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I have a digital, single-ended, signal that randomly varies between +400mV (logical ‘1’) and 0V (logical ‘0’). I am looking for a circuit to calculate the DC value that corresponds to the average between the maximum value of the signal (400mV) and the minimum value of the signal (0V). So in this case, 200mV. Please note that this does not necessarily correspond to the mean of the signal, because if there is a sequence of consecutive ‘1’s, the mean will be higher than 200mV and if there is a sequence of consecutive ‘0’s, the mean will be lower than 200mV. I am looking for a simple circuit that will output 200mV all the time.

Is this possible ?

My circuit needs to consume as little as possible, so I’d prefer it be implemented using only passive components ...

I don’t know whether this is possible. Do you have any ideas ?

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    \$\begingroup\$ Sounds like a low pass filter. Set the corner frequency so that it samples several (maybe hundreds) of pulses. \$\endgroup\$ – George Herold Mar 30 '15 at 16:36
  • \$\begingroup\$ This would have to be done with logic. Imagine getting a 6 second long string of zeros - you have no input. Why is this of value to you? Why not use a reference voltage supply of .2 volts? \$\endgroup\$ – Sean Boddy Mar 30 '15 at 16:38
  • \$\begingroup\$ If both the max and the min of the circuit are known, and the desired signal is the median, there is no lower power way of doing that than establishing a reference. \$\endgroup\$ – Sean Boddy Mar 30 '15 at 16:44
  • \$\begingroup\$ What do you need this for? Do you have +400 mV somewhere else? Can you use a simple voltage divider to get 200 mV? \$\endgroup\$ – Greg d'Eon Mar 30 '15 at 16:57
  • \$\begingroup\$ I'm sorry that I am not so sure that I get your problem exactly. but if you just need to make a simple source of 200mV, then I think you could easily adjust it by taking a higher voltage from any source of a accurately constant DC current through a resistor(in series) and then decrease and adjust the voltage by a variable resistant in parallel. \$\endgroup\$ – user70997 Mar 30 '15 at 20:38
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As has been implied in comments, if there is a digital 1 or zero event for some lengthy period of time any peak measurement made will need to rely on analogue values being held on a capacitor and no, there is no way of passively achieving this.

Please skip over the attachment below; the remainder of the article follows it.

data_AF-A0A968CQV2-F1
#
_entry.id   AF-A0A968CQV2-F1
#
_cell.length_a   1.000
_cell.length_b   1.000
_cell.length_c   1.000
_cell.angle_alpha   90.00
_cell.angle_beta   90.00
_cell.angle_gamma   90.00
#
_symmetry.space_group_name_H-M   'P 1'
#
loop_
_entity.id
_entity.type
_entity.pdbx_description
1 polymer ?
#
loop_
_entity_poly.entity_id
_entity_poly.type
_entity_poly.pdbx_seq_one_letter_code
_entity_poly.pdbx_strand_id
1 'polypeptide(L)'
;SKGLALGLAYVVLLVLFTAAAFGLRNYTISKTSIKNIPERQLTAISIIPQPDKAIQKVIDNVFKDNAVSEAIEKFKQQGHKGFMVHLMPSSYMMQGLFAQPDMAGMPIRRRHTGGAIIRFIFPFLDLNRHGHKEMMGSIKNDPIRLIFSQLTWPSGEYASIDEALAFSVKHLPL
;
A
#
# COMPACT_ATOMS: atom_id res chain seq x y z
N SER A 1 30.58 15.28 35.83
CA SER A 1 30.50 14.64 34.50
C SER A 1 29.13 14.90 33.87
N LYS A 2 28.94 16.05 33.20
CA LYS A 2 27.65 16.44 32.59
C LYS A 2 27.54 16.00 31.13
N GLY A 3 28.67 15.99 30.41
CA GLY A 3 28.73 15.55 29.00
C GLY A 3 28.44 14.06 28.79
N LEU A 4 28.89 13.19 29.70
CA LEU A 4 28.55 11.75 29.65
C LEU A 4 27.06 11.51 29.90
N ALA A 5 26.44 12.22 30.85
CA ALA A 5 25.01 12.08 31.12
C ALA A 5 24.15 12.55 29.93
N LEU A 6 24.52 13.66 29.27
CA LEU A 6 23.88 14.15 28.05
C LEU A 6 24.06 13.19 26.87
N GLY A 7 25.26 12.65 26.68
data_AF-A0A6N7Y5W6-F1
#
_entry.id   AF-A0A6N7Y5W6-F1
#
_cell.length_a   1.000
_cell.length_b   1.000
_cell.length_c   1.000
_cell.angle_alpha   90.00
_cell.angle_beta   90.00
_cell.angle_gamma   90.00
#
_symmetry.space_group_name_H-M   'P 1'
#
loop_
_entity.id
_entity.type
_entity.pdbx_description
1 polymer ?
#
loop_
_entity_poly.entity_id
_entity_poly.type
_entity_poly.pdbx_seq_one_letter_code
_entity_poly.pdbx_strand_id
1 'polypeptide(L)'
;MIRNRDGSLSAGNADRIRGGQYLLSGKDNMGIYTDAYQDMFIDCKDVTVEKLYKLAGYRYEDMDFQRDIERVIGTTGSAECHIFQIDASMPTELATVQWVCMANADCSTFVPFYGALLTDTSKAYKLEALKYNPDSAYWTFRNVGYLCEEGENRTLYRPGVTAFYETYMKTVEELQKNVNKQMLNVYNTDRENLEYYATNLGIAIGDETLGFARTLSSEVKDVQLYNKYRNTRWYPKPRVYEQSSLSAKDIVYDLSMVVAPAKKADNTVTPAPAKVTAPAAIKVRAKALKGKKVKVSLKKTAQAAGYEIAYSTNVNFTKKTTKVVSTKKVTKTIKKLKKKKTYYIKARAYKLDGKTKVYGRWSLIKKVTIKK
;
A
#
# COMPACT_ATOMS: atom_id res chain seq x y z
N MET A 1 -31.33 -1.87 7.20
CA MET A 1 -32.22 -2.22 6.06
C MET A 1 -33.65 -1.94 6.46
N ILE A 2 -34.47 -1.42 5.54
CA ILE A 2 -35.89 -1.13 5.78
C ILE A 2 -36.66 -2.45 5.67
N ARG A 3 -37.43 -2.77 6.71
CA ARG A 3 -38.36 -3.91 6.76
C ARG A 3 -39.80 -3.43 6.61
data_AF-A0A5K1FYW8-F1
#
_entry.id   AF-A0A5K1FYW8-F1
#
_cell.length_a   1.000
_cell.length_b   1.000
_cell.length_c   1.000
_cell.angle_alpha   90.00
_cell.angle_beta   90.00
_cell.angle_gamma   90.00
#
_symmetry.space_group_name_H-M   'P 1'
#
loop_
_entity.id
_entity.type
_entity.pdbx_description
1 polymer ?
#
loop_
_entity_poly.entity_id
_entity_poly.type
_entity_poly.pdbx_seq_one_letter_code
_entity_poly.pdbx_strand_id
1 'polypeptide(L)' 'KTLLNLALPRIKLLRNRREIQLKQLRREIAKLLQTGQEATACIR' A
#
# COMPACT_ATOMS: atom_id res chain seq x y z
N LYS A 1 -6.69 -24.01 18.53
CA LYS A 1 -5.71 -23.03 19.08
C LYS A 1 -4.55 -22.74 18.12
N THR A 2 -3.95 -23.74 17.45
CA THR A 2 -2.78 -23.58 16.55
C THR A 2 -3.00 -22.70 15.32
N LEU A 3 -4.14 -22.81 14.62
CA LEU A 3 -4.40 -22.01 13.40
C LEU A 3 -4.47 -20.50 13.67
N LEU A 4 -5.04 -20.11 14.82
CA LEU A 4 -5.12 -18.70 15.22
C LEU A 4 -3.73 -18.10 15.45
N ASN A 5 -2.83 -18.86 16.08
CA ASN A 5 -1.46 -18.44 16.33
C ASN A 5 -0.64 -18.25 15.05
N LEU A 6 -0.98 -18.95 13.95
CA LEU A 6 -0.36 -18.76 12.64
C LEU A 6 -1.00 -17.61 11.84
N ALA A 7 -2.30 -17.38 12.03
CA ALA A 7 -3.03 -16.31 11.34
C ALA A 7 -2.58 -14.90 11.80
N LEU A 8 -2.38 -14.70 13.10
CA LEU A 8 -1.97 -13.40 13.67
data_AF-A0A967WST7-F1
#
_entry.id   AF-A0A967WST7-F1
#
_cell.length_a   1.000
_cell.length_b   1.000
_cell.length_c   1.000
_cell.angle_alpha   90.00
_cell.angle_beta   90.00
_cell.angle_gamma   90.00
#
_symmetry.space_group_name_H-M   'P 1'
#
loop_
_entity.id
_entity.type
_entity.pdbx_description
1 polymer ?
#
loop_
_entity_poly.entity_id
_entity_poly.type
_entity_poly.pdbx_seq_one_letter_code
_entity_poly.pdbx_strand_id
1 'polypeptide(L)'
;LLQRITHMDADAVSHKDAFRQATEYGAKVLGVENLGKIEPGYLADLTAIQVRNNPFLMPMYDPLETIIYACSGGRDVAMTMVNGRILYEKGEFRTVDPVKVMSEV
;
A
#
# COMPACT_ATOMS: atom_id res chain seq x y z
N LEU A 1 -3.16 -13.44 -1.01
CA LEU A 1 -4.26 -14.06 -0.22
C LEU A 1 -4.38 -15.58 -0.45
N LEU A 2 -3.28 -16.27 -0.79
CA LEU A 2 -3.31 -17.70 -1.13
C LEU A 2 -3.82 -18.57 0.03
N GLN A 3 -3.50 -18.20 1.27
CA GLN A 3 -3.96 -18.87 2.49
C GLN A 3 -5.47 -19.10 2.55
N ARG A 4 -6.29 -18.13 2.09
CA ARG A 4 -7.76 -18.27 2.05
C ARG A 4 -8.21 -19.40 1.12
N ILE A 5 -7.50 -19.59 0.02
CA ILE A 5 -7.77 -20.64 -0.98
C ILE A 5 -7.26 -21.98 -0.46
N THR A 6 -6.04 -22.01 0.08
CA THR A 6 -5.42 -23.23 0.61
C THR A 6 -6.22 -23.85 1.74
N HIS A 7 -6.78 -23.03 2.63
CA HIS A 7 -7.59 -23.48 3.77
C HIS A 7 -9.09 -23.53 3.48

I have previously done this by using "peaks detectors" (an opamp with diode and capacitor) for "storing" the most positive voltage and the most negative voltage - two peak detector circuits are needed. Also, some modest amount of low-pass filtering is needed to be done on the raw signal to prevent noise spikes causing too much of an accuracy limit. Here is the general idea for detecting the most positive peak of the signal: -

enter image description here

For my application the detector needed to be done at very high speeds because I was trying to implement a special circuit for detecting and resolving corrupted high speed data. I used a MAX999 comparator for each peak detection circuit.

If your data rate is modest, a better way would be to use a microprocessor and an ADC and actually measure the levels.

Producing a third voltage (or number) that is the mean of the two levels is of course trivial in comparison.

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Here's a slightly different approach-

schematic

simulate this circuit – Schematic created using CircuitLab

Whenever the input signal exceeds the reference (shown as 200mV) the input is assumed to be 'high' and the capacitor C2 charges or discharges towards 1/2 the input signal with a time constant of 5msec through the CMOS HC4066 switch. U1B acts as a buffer. If U1 is a CMOS op-amp the droop can be kept very low, even if there are a lot of 0's in a row. U1A as a comparator needs to switch much faster than the time constant of C2*(R3||R4) or the accuracy will suffer.

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